The unlisted aspect only comes through the SS7(PTSN) or SIP(VOIP/IMS) protocol headers with a flag indicating whether the account is private, in addition to phone number paying for call, phone number to display, phone number originating, etc... -- AND -- this meta-data can change during a call if it was rerouted mid stream, delayed headers, etc. This gets even more complicated for reverse billed numbers (800) where the originating number is XXX, the billing number is YYY, the display number is ZZZ, and sometimes an interlink number ends up in there. (and as we found out last month with our call logs, some numbers have yet another header that contains virtualized/multi-ring which need to be taken into account; lest the "wrong" number be displayed)
Now, legally, we are required to keep the originating number, time stamp, and length of call;
And for billing and interconnect agreements, the billing number as well.
As we internally always have full access to the raw protocol data on the Enigeering side; the legal siphon (done at the switch level) just skims off all the legally required data and stores it in long-term storage (not DB); to handle the GBs of data a day of the minimally required data.
We then have a separate process which takes each session and generates a [display-phone number, timestamp] DB for 90 days of call logs for users to look up (or legal requirement on bills for chargable calls made depending on juristdiction).
Under no circumstances have we ever kept the "is unlisted" status of the call; as it's never been a datum required for any business logic, ever.
And when handling millions of calls daily, and relying on switches to read/dump data for secondary systems to process RT is a space and time sensitive process; and thus, only the absolute minimum required is kept to prevent buffer overruns in the data processing phase;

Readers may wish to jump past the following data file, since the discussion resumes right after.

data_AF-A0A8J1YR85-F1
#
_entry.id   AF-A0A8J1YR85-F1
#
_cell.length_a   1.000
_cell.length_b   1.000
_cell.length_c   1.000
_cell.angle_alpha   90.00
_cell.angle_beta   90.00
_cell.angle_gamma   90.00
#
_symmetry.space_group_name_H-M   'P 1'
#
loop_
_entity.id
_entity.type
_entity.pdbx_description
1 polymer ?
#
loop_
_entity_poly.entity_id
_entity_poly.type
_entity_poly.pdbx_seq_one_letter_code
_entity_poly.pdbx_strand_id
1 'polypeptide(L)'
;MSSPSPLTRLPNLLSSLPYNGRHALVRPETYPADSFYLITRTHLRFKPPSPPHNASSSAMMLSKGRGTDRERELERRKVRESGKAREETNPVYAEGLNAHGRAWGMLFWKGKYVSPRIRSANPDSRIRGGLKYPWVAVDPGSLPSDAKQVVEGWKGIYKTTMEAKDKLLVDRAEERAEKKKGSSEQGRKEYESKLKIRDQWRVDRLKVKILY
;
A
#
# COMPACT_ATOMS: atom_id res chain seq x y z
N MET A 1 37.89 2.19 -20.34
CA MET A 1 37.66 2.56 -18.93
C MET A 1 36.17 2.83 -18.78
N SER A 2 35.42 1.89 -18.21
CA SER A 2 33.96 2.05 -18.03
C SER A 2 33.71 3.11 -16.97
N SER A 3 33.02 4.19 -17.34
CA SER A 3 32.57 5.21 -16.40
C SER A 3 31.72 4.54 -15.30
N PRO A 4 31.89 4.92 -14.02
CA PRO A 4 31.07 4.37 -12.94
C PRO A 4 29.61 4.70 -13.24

But, as the process is semi-manual to retrieve data for a given time-range I can understand their request to honor "all my metadata" as well.
Limited time-ranges as required by law enforcement is easier to obtain:
- fetch the raw hourly dump files for the time range requested
- run the script that goes through the files and formats a CSV output for any matches of the search phone number
- this process takes hours to run for a weeks worth of data as it churns through TBs of text files if it's outside the 90-day "fresh" window that is stored in a more processed state (but not kept as it's a lot of data to store for no company benefit); most requests from law enforcement only request the last 30days of calls; and this particular process is more streamlined.
- it would be entirely unrealistic to do for the lifetime of a given customer.
One point to take away from this, is that many telecom companies have no interest to keep your data. It's expensive, each item of data adds substantial more costs, overhead, and resource to manage it's storage. It also adds significant more liability as now more people have access to it internally; and safeguards and resources must be used to manage it. Which is why the legal information is done automatically at the switching level, and dumped in a non-processed state; processed and stored, and intentionally kept difficult to access. Because we do not want the liability that comes with storing it, or making it easily available to even a subset of internal employees. Each person that has access adds more risk.
Storing users meta data at least in the telecom world -- is not wanted in the slightest, and we only do the absolute minimum to meet government regulations. Sadly, this also implies that with the current state of laws; that the data is not easily accessible, nor is the data in a state that can be released to a private indiviual without substantial legal risk.